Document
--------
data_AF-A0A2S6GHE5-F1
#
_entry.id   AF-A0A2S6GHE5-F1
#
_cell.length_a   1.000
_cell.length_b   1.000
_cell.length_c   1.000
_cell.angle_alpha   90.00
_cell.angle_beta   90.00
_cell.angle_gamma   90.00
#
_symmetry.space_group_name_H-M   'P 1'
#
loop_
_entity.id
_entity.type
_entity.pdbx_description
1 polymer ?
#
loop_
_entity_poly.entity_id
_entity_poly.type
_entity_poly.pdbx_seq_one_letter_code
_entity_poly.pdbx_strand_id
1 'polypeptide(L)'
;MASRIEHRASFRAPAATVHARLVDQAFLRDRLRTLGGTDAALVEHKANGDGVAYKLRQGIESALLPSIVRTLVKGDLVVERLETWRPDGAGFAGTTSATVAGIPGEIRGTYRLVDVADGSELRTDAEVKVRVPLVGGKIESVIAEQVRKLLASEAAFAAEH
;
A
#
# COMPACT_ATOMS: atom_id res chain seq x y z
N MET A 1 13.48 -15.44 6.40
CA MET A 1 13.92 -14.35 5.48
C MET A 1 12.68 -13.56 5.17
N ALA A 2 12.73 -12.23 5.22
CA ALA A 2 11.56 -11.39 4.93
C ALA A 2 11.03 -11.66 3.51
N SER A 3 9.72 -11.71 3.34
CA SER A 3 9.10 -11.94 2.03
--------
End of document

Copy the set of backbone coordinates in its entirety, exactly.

data_AF-A0A2S6GHE5-F1
#
_entry.id   AF-A0A2S6GHE5-F1
#
_cell.length_a   1.000
_cell.length_b   1.000
_cell.length_c   1.000
_cell.angle_alpha   90.00
_cell.angle_beta   90.00
_cell.angle_gamma   90.00
#
_symmetry.space_group_name_H-M   'P 1'
#
loop_
_entity.id
_entity.type
_entity.pdbx_description
1 polymer ?
#
loop_
_entity_poly.entity_id
_entity_poly.type
_entity_poly.pdbx_seq_one_letter_code
_entity_poly.pdbx_strand_id
1 'polypeptide(L)'
;MASRIEHRASFRAPAATVHARLVDQAFLRDRLRTLGGTDAALVEHKANGDGVAYKLRQGIESALLPSIVRTLVKGDLVVERLETWRPDGAGFAGTTSATVAGIPGEIRGTYRLVDVADGSELRTDAEVKVRVPLVGGKIESVIAEQVRKLLASEAAFAAEH
;
A
#
# COMPACT_ATOMS: atom_id res chain seq x y z
N MET A 1 13.48 -15.44 6.40
CA MET A 1 13.92 -14.35 5.48
C MET A 1 12.68 -13.56 5.17
N ALA A 2 12.73 -12.23 5.22
CA ALA A 2 11.56 -11.39 4.93
C ALA A 2 11.03 -11.66 3.51
N SER A 3 9.72 -11.71 3.34
CA SER A 3 9.10 -11.94 2.03